Wednesday, March 26, 2014

Strength Through Grief

On August 6, 2012, my dad passed away at 7:41 a.m.  So far, this has been the worst day of my life.  Many family members, including my mom, siblings, cousins, aunts, and uncles, surrounded my dad the last few hours of his life.  I will never forget the day he went to be with the Lord.

His funeral was beautiful, literally.  The Lord's spirit moved in such a gentle way and there was such a peace that Dad was finally where he desired to be...with his Savior.  This should have been the comfort that kept me after his passing. However, the grief that overtook me after the chaos of planning the funeral and making sure all the details were right, was overwhelming.  So overwhelming, in fact, that it took me a year to get over it.  Still, there are days that the tears flow.

Several of my friends had parents who passed away.  I always thought, "I understand their sadness, but their loved ones are out of pain.  Why are they so upset?"  Yeah, I know.  I was clueless.  Not until it happened to me did I realize the extreme emotions that would drive me in the upcoming days, weeks, and months. It was God's grace, mercy, and love that brought me through.

To anyone who has known any kind of grief, it is not something you can just turn on and off.  It's embedded in you, like DNA.  It just happens.   For me, it felt like I was a zombie walking through life.  I didn't want people to pray for me or console me.  I was angry that he was gone.  I was frustrated that there was nothing I could do about it. Sadly, I was mad at God for taking him when he wasn't finished living.  Or, that's what I perceived had happened.  Though I live away from my family, the memories of Dad surrounded me:  his and Mom's frequent visits, Dad playing with the kids in the pool, vacations we would go on together.  Rivers of water would pour out of my eyes.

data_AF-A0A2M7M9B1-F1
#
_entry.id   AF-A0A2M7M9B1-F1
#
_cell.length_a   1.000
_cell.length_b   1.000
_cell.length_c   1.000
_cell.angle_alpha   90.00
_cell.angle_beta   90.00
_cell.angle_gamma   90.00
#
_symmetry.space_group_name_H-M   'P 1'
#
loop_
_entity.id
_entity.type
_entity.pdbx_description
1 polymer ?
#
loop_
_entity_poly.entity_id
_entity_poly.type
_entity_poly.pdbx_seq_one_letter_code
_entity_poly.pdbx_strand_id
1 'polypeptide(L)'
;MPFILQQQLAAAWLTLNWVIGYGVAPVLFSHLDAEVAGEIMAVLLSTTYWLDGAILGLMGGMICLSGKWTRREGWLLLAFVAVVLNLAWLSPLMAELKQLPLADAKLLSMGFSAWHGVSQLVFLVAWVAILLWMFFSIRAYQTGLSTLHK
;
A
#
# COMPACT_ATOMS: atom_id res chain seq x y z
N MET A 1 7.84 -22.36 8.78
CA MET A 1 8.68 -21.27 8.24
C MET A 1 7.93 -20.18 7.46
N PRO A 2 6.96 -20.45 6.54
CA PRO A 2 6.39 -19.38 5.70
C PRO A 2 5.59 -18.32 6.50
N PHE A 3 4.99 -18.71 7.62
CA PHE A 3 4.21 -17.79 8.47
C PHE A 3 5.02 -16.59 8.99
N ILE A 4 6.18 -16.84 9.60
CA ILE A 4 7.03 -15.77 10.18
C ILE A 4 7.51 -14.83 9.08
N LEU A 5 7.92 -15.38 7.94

However, about mid-way through it all, a friend of mine gave me a CD entitled "Good Grief," by Mickey Mangun, a pastor's wife in Louisiana.  As I listened to her, I realized that it could have been me speaking, her message was so on target with what I was going through.  Why?  Because she went through the same thing.

One thing I learned through my loss and listening to this dear woman of God was that I do not have the monopoly on grief.  We all experience it at one time or another.  Do not get me wrong.  As this dear lady reiterated, what we go through is our own, what we feel is real.  Nobody can actually understand it like we do because we are the ones having to suffer through it.  Jesus is the only one who can help us through and who knows how we feel.

You see,  regardless of how we feel or how up and down our emotions are, His word is true and He does not lie.  Nehemiah 8:10 says, "For the joy of the Lord is your strength."  I firmly believe that the joy He gives is one that surpasses our human understanding.  We joy in living for Him and knowing that He is our peace and strength through the tough times.

When deciding what to put on Dad's headstone, Mom wanted something that meant something to him. Since Dad had gone through so much physically the last year of his life, we all came to agree on Philippians 4:13, "I can do all things through Christ, which strengtheneth me."  If only Dad could have known that the words that described him would become my source of strength and hope through his passing.

I can look back now and know, without a doubt, that the Lord brought me through and I am better for it. Does this mean I miss Dad any less?  Absolutely not.  But I can help others who go through the same thing. I can actually say, "I understand," with truth.  Remember, Jesus suffered loss and experienced grief.  He will bring you through!!!

"And the peace of God, which passeth all understanding, shall keep your hearts and minds through Christ Jesus." Philippians 4:7



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